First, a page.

Digital studio tutors as partners

  • Cassandra Ann Branham Embry-Riddle Aeronautical University
  • Sally Blomstrom Embry-Riddle Aeronautical University
  • Lori Mumpower Embry-Riddle Aeronautical University
  • Kimberly Kissh Embry-Riddle Aeronautical University
  • Jaclyn Wiley Embry-Riddle Aeronautical University
  • Yunxiao Liu Embry-Riddle Aeronautical University
  • Kody Miller Embry-Riddle Aeronautical University
  • Zachary Bryant Embry-Riddle Aeronautical University
  • Brian Reedy
Keywords: students-as-partners, peer tutoring, digital literacies

Abstract

This case study examines an initiative at a STEM-focused university where a Digital Studio was developed in response to a perceived lack of digital literacies among students. Digital Studio tutors partnered with faculty, students, and the Center for Teaching and Learning Excellence to improve instruction and enhance students’ communication and digital literacy skills. Digital Studio tutors acted as partners in several ways, including developing training materials, conducting on-campus outreach, and contributing to curriculum development and content delivery in a Speech course. Ultimately, we observed that positioning Digital Studio tutors as partners enhanced the learning experience for all involved. The tutors’ skills, knowledge, and approaches complemented those of the faculty member to help students achieve the learning outcomes of the course, while also allowing the tutors and the faculty director to enhance their own digital literacy skills through their involvement in the Digital Studio.

References

Baggett, B. (2009). Improving mandatory tutoring: A mixed-methods program evaluation (Doctoral dissertation). Retrieved from ProQuest. (3403014)

Chanock, K. (2002). How a writing tutor can help when unfamiliar with the content: A case study. The WAC Journal, 13, 113-131.

Cook-Sather, A. & Felten, P. (2017). Ethics of academic leadership: Guiding learning and teaching. In F. Su & M. Wood (Eds.), Cosmopolitan perspectives on academic leadership in higher education (pp. 175-191). London: Bloomsbury.

Cook-Sather, S. & Luz, A. (2015.) Greater engagement in and responsibility for learning: What happens when students cross the threshold of student–faculty partnership. Higher Education Research & Development, 34(6), 1097-1109. https://doi.org/10.1080/07294360.2014.911263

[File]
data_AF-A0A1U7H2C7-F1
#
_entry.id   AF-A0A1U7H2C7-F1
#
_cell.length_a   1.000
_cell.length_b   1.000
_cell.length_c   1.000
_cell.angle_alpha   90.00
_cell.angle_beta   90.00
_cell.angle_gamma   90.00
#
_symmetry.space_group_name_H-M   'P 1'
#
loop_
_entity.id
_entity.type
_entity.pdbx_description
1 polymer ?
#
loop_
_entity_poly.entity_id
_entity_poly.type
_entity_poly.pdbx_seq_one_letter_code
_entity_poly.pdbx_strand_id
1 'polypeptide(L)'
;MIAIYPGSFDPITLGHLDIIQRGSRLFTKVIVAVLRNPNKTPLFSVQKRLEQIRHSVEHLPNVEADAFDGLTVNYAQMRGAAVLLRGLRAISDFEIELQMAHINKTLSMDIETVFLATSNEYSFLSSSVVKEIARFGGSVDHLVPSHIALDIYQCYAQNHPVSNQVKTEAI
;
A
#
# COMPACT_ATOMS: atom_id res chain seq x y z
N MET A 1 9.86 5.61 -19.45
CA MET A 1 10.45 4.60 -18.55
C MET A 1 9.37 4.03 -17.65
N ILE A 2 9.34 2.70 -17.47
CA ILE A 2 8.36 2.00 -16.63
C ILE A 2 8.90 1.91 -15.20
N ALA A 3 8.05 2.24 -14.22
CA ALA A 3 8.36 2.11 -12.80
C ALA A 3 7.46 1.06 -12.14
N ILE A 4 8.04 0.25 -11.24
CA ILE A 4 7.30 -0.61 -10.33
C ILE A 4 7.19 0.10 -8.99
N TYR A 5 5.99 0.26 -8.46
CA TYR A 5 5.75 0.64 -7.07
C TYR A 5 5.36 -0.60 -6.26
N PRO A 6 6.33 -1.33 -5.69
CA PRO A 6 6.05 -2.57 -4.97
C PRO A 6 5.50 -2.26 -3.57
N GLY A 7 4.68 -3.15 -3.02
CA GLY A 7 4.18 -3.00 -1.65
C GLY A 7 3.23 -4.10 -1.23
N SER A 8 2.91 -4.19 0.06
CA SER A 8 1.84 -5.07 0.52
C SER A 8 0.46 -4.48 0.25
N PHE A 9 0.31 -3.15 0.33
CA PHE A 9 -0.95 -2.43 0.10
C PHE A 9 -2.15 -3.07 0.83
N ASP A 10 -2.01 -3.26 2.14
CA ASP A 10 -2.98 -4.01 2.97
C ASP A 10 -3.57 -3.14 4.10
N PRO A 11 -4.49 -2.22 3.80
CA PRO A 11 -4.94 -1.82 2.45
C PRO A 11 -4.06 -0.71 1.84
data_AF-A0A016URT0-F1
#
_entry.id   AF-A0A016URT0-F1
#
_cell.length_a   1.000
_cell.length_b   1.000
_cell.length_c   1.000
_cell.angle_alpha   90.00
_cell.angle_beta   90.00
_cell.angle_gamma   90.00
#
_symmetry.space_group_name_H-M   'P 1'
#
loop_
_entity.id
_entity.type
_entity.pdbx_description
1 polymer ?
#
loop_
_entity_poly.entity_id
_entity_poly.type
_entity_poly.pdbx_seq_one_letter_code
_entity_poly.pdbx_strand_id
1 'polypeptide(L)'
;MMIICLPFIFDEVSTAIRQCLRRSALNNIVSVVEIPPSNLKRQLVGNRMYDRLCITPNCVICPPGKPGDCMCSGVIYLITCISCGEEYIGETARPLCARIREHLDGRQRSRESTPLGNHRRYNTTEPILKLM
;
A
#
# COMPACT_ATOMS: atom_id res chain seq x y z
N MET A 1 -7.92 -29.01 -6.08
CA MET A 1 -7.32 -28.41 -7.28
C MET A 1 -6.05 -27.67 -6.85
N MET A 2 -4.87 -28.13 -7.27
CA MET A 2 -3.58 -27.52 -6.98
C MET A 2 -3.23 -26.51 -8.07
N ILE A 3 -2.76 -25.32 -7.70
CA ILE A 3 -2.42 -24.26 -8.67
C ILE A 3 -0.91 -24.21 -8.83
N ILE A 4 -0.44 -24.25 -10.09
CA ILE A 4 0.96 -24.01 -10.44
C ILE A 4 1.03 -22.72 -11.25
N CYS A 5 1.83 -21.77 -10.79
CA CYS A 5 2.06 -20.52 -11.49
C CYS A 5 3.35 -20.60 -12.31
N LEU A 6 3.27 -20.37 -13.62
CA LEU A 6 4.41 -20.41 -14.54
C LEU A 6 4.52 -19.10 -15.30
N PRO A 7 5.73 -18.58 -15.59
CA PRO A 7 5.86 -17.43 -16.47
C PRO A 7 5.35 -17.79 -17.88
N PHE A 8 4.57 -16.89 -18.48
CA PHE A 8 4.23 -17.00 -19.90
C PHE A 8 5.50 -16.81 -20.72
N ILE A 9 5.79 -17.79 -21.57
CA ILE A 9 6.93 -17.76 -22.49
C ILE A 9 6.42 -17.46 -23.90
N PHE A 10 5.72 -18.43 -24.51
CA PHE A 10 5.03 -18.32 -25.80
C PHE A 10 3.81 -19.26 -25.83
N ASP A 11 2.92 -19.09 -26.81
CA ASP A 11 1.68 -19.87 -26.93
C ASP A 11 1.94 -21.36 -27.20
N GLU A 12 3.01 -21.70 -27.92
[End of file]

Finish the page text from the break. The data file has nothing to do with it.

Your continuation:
Fraser, S. & Bosanquet, A. (2006). The curriculum? That’s just a unit outline, isn’t it? Studies in Higher Education, 31(3). https://doi.org/10.1080/03075070600680521

Hartman, H. (1990). Factors affecting the tutoring process. Journal of Developmental Education, 14(2), 2-6.

Healey, M., Flint, A., & Harrington, K. (2014). Engagement through partnership: Students as partners in learning and teaching in higher education. York: The Higher Education Academy. Retrieved from https://www.heacademy.ac.uk/knowledge-hub/engagement-through-partnership-students-partners-learning-and-teaching-higher

Harris, M. (1990). What’s up and what’s in: Trends and traditions in writing centers. The Writing Center Journal 11(1), 15-26.

Kim, M. M. (2015). Peer tutoring at colleges and universities. College & University, 90(4), 2-7.

Mercer-Mapstone, L., Dvorakova, S. L., Matthews, K. E., Abbot, S., Cheng, B., Felten, P., Knorr, K., Marquis, E., Shammas, R., & Swaim, K. (2017). A systematic literature review of students as partners in higher education. International Journal for Students as Partners, 1(1), 1-23. https://doi.org/10.15173/ijsap.v1i1.3119

New Media Consortium. (2016). Horizon report: Digital toolkit. Retrieved from https://cosn.org/sites/default/files/pdf/2016_Horizon_Report_Digital_Toolkit.pdf

North, S. (1984). The idea of a writing center. College English, 46(5), 433-446. https://doi.org/10.2307/377047

Oblinger, D. & Oblinger, J. (2005). Is it age or IT: First steps toward understanding the net generation. In Oblinger, D. & Oblinger, J. (Eds.), Educating the net generation. Educause. Retrieved from https://www.educause.edu/research-and-publications/books/educating-net-generation/it-age-or-it-first-steps-toward-understanding-net-generation

Selber, S. (2004). Multiliteracies for a digital age. Carbondale: Southern Illinois University Press.
Sunstein, B. (1998). Moveable feasts, liminal spaces: Writing centers and the state of in-betweenness. The Writing Center Journal 18(2), 7-26.

Taylor, P., & Wilding, D. (2009). Rethinking the values of higher education: The student as collaborator and producer? Undergraduate research as a case study. Gloucester, England: Quality Assurance Agency for Higher Education.

Tinto, V. (2003). Learning better together: The impact of learning communities on student success. Higher Education Monograph Series. Retrieved from http://www.nhcuc.org/pdfs/Learning_Better_Together.pdf

Vance, L. K. (2016). Best practices in tutoring services and the impact of required tutoring on high-risk students (Doctoral dissertation). Retrieved from Online Thesis and Dissertations: https://encompass.eku.edu/cgi/viewcontent.cgi?referer=https://scholar.google.com/scholar?hl=en&as_sdt=0%2C10&q=impacts+of+required+tutoring&btnG=&httpsredir=1&article=1439&context=etd

Willis, P., & Gregory, A. (2016). Making the road while walking: Co-creation, teaching excellence, and university leadership. Leadership Foundation for Higher Education.
Published
2019-05-07
How to Cite
Branham, C., Blomstrom, S., Mumpower, L., Kissh, K., Wiley, J., Liu, Y., Miller, K., Bryant, Z., & Reedy, B. (2019). Digital studio tutors as partners. International Journal for Students As Partners, 3(1), 140-149. https://doi.org/10.15173/ijsap.v3i1.3466
Section
Case Studies